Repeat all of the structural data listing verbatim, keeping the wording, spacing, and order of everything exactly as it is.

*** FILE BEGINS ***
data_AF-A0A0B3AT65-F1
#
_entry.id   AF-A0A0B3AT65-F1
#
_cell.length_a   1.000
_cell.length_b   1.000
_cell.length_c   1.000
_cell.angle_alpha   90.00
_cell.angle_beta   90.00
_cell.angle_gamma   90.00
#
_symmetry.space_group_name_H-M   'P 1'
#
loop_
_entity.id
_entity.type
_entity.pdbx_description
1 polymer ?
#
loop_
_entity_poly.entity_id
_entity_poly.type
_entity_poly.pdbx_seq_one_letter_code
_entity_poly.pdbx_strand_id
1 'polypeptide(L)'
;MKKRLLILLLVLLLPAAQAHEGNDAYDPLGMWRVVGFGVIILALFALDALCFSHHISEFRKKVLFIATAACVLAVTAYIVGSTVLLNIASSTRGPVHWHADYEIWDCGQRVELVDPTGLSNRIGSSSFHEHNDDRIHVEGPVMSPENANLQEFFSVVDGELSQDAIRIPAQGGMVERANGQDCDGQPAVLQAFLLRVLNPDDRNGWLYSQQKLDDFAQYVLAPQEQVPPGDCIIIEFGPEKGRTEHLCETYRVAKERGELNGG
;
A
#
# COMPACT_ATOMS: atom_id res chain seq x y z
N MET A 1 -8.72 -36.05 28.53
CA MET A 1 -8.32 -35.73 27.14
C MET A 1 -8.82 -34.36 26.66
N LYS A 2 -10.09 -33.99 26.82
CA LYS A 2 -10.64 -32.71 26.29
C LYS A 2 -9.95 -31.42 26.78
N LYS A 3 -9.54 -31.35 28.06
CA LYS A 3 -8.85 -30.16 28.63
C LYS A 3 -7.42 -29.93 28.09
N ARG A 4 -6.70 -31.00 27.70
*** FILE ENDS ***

data_AF-A0A0B3AT65-F1
#
_entry.id   AF-A0A0B3AT65-F1
#
_cell.length_a   1.000
_cell.length_b   1.000
_cell.length_c   1.000
_cell.angle_alpha   90.00
_cell.angle_beta   90.00
_cell.angle_gamma   90.00
#
_symmetry.space_group_name_H-M   'P 1'
#
loop_
_entity.id
_entity.type
_entity.pdbx_description
1 polymer ?
#
loop_
_entity_poly.entity_id
_entity_poly.type
_entity_poly.pdbx_seq_one_letter_code
_entity_poly.pdbx_strand_id
1 'polypeptide(L)'
;MKKRLLILLLVLLLPAAQAHEGNDAYDPLGMWRVVGFGVIILALFALDALCFSHHISEFRKKVLFIATAACVLAVTAYIVGSTVLLNIASSTRGPVHWHADYEIWDCGQRVELVDPTGLSNRIGSSSFHEHNDDRIHVEGPVMSPENANLQEFFSVVDGELSQDAIRIPAQGGMVERANGQDCDGQPAVLQAFLLRVLNPDDRNGWLYSQQKLDDFAQYVLAPQEQVPPGDCIIIEFGPEKGRTEHLCETYRVAKERGELNGG
;
A
#
# COMPACT_ATOMS: atom_id res chain seq x y z
N MET A 1 -8.72 -36.05 28.53
CA MET A 1 -8.32 -35.73 27.14
C MET A 1 -8.82 -34.36 26.66
N LYS A 2 -10.09 -33.99 26.82
CA LYS A 2 -10.64 -32.71 26.29
C LYS A 2 -9.95 -31.42 26.78
N LYS A 3 -9.54 -31.35 28.06
CA LYS A 3 -8.85 -30.16 28.63
C LYS A 3 -7.42 -29.93 28.09
N ARG A 4 -6.70 -31.00 27.70